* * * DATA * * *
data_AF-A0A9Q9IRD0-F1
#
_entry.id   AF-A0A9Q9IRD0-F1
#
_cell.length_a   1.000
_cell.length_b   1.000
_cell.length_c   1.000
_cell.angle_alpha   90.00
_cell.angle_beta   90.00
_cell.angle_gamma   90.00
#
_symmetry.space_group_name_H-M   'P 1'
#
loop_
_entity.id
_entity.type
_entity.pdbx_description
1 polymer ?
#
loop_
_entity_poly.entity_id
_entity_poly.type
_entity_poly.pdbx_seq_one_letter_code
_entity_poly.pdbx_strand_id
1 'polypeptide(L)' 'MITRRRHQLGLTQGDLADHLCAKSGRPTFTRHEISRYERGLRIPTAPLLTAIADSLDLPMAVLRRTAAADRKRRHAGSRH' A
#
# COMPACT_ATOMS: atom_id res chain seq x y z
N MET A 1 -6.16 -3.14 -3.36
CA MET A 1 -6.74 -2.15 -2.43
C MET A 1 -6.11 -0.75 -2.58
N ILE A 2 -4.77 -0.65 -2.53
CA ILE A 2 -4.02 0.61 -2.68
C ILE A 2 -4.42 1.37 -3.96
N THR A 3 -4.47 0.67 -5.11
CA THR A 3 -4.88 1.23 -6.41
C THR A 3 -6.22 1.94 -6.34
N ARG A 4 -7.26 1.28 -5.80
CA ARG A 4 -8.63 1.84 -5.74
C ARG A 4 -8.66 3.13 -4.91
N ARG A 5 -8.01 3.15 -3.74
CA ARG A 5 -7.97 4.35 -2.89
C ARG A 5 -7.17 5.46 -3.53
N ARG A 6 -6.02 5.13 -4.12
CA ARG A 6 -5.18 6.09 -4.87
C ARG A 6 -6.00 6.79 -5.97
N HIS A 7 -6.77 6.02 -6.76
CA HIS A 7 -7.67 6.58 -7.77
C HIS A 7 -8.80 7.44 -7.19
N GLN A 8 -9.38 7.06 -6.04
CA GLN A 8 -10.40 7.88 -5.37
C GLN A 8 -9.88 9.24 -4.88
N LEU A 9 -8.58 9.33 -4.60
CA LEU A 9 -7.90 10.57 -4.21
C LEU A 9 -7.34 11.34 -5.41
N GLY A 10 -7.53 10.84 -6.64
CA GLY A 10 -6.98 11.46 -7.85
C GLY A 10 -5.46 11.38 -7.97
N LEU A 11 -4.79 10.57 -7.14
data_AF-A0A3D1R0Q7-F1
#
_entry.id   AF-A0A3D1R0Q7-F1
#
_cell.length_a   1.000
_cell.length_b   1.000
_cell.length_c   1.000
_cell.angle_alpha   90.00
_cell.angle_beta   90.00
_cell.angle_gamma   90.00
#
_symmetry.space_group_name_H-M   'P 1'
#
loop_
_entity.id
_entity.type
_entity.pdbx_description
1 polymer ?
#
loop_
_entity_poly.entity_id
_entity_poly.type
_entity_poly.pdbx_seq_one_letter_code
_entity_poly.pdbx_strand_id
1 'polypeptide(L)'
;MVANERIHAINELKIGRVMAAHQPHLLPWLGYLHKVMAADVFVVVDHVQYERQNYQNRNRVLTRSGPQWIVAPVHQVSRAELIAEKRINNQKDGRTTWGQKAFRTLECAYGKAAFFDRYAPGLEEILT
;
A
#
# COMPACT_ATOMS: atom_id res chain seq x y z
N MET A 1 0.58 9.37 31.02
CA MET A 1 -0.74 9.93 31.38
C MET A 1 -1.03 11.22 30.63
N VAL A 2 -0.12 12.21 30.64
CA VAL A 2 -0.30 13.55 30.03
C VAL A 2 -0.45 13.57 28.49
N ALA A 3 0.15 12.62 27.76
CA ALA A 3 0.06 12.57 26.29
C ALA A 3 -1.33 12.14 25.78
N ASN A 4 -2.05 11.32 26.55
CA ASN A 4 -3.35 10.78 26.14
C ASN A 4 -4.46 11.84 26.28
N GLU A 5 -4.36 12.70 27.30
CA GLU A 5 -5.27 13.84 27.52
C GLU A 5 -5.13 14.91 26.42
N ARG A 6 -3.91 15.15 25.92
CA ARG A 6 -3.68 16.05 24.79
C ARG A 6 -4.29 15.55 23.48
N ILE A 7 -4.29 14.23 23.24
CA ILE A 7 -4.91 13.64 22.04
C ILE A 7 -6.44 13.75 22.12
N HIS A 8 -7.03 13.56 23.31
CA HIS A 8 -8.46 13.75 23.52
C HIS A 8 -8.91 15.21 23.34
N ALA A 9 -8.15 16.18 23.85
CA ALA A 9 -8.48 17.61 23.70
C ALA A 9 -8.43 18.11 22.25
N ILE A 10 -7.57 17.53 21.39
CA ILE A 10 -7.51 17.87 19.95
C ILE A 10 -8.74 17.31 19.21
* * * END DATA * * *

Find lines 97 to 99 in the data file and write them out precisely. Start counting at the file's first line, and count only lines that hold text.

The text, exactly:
C ALA A 3 -1.33 12.14 25.78
N ASN A 4 -2.05 11.32 26.55
CA ASN A 4 -3.35 10.78 26.14